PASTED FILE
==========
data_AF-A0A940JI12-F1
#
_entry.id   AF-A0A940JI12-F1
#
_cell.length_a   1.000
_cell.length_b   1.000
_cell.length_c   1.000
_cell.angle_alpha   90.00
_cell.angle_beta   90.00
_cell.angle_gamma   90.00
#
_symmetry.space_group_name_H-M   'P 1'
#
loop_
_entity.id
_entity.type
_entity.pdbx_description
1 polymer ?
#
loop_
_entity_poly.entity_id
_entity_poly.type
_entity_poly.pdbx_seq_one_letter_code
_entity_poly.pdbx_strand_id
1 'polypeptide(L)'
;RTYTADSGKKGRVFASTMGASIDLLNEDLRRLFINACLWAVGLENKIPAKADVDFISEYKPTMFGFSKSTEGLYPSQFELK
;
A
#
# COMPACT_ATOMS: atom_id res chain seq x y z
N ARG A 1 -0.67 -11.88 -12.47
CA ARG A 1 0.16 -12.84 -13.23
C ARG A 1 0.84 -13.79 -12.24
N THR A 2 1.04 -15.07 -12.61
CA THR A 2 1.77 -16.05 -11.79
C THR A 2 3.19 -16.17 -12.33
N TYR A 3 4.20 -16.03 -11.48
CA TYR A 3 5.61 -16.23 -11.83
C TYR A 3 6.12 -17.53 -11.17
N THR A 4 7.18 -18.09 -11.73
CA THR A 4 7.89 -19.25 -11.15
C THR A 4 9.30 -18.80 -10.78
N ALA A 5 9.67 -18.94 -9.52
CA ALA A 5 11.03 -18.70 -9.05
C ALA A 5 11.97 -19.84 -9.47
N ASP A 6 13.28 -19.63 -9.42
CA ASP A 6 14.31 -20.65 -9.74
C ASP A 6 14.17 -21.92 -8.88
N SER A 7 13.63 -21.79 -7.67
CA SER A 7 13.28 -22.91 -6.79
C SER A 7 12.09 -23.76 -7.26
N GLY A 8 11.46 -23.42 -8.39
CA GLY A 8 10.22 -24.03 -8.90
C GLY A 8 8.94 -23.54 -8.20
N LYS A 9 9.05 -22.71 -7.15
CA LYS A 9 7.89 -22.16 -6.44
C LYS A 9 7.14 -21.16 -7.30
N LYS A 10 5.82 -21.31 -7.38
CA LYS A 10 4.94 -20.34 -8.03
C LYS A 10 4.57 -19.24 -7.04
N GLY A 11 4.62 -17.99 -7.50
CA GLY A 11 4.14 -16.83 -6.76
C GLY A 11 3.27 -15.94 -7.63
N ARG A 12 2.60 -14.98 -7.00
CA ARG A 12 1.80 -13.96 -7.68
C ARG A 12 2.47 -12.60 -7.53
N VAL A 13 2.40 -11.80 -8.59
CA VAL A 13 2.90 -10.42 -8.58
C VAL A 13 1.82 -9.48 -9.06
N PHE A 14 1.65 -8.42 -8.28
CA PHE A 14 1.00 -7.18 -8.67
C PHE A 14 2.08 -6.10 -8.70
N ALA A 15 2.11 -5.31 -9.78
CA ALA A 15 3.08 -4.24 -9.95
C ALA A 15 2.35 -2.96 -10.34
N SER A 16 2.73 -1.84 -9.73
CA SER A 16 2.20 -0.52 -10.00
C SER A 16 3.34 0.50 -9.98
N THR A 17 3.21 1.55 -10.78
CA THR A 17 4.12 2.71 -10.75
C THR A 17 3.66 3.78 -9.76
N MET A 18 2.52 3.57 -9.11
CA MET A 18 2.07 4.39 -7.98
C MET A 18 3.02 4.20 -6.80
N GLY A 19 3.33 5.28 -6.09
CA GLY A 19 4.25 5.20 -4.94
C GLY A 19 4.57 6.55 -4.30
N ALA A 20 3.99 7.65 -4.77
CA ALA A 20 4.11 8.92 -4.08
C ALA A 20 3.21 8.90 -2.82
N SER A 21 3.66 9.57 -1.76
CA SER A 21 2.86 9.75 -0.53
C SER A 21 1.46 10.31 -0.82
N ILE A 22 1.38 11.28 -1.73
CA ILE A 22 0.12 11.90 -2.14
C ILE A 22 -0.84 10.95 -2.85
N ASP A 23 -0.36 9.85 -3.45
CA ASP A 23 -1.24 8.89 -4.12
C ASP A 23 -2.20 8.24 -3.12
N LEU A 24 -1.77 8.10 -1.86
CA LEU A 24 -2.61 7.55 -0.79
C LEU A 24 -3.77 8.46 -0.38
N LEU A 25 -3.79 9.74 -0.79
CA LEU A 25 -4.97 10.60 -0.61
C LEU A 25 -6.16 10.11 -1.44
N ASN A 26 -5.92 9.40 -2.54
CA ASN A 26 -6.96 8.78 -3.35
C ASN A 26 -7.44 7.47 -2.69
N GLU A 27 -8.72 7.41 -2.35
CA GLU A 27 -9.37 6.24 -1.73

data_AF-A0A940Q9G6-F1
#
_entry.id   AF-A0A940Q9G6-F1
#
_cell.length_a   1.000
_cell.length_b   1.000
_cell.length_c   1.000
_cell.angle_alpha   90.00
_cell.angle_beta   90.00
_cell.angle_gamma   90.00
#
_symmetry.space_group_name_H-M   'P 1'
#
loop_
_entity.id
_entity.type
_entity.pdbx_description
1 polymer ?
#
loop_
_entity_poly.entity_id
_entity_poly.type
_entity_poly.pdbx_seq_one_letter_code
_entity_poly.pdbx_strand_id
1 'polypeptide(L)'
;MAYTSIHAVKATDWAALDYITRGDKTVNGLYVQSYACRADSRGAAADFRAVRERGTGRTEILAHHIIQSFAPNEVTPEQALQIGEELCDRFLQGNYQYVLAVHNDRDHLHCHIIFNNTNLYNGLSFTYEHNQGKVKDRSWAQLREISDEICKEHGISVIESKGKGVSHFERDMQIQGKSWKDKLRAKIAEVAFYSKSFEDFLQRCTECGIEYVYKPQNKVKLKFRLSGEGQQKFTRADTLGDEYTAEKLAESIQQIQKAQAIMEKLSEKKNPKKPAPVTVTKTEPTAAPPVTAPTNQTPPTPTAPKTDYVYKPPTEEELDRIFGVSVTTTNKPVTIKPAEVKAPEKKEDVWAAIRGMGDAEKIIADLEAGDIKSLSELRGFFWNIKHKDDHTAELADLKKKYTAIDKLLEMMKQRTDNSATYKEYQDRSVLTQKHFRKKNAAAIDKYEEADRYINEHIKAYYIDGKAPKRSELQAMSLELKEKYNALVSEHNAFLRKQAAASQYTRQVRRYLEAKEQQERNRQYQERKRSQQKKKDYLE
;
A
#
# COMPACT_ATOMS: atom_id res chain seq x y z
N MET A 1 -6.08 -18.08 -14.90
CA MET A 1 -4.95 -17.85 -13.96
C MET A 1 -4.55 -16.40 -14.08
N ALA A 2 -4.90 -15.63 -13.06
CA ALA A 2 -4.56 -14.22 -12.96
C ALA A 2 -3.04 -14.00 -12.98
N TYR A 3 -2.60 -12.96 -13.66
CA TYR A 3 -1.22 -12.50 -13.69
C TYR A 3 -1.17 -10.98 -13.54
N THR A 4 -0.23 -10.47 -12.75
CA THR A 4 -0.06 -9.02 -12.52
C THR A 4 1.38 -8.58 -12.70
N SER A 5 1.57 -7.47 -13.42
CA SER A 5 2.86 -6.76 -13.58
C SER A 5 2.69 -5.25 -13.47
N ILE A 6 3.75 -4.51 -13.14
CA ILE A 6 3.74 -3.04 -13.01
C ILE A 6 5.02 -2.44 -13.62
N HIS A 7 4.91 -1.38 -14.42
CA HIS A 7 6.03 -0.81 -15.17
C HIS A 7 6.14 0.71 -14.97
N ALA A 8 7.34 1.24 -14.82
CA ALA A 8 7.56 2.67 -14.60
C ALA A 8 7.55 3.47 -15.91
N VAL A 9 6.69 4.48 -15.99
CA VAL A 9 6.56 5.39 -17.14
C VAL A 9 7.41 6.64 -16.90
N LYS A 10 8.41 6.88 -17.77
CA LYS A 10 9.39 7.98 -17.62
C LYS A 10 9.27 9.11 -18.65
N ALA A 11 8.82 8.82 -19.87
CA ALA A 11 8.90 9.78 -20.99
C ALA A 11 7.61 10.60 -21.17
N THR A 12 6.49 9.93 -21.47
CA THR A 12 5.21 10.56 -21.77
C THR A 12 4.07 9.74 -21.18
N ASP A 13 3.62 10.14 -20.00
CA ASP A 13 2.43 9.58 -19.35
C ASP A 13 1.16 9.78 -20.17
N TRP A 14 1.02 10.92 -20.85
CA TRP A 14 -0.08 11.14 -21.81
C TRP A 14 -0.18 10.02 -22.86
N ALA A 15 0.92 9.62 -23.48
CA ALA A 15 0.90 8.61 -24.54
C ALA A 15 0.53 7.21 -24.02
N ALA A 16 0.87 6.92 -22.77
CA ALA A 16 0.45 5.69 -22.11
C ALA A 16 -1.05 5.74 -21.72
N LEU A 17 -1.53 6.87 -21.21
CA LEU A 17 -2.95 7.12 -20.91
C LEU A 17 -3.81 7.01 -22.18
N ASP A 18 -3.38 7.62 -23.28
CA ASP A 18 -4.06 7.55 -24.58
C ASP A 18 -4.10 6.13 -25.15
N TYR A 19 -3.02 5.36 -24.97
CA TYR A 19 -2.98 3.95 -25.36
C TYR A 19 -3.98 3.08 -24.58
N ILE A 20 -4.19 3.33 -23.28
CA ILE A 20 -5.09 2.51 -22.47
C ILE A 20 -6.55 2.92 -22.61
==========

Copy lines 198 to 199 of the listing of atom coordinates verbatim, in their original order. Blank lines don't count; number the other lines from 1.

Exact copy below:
N ILE A 20 -4.19 3.33 -23.28
CA ILE A 20 -5.09 2.51 -22.47